What happens when the cloud goes down? AWS outage leads to permanent data loss
In the early morning of August 31st, the AWS data facility US-EAST-1 in North Virginia experienced a power failure. Backup generators promptly turned on to restore power to the data center. Unfortunately, just a few hours later, those backup generators began to fail, too.
In the immediate aftermath, roughly 7.5% of the EC2 instances and EBS volumes at that facility became unavailable. EBS is an elastic block storage service that helps teams keep data on a file system, even after shutting down EC2 instances. For some teams, EBS stores mission-critical data for applications and services.
Amazon slowly worked to restore its service throughout the morning, but for some the data loss was catastrophic. A few days later, AWS began notifying a small percentage of developers that hardware damage to Amazon’s infrastructure meant that some data could not be recovered. Engineering teams would either need to restore their data from a separate backup, or write off their data as permanently lost.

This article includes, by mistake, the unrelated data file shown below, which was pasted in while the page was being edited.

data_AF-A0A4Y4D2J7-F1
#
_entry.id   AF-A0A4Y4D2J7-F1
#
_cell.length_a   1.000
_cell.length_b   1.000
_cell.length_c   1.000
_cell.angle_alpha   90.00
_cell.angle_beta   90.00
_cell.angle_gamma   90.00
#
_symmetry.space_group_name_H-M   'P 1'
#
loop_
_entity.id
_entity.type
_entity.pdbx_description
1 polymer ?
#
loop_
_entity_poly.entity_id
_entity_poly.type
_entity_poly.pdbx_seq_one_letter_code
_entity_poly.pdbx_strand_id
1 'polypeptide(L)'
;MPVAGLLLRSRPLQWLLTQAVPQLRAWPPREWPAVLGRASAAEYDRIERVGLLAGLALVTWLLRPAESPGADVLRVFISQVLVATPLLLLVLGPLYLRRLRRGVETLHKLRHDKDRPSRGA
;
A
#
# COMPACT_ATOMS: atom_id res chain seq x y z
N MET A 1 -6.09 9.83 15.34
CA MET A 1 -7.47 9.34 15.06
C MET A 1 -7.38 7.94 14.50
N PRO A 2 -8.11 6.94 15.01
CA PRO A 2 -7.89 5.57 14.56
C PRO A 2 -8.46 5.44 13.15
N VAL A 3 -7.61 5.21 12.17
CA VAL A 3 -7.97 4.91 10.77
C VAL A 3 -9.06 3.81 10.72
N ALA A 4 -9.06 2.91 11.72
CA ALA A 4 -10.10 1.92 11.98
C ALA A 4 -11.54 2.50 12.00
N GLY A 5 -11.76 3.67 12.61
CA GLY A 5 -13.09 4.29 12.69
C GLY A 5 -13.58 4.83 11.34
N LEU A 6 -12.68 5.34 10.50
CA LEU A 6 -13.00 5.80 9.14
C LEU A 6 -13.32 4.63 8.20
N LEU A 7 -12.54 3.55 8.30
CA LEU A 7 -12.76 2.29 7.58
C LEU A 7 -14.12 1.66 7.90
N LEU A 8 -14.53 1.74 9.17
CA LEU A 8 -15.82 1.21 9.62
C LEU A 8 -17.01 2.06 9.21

Despite its strong uptime and data recovery track record, Amazon’s terms state: “We have no liability whatsoever for any damages, liabilities, losses (including any corruption, deletion, or destruction or loss of data, applications or profits), or any other consequences resulting from the foregoing.”
The recent AWS incident highlights the importance of data redundancy and consistent backup creation as core parts of the software development workflow, even if engineering teams are using highly reliable, popular cloud services. Even the cloud, with its sprawling and distributed data centers, is subject to the consequences of unforeseen physical hardware failures.
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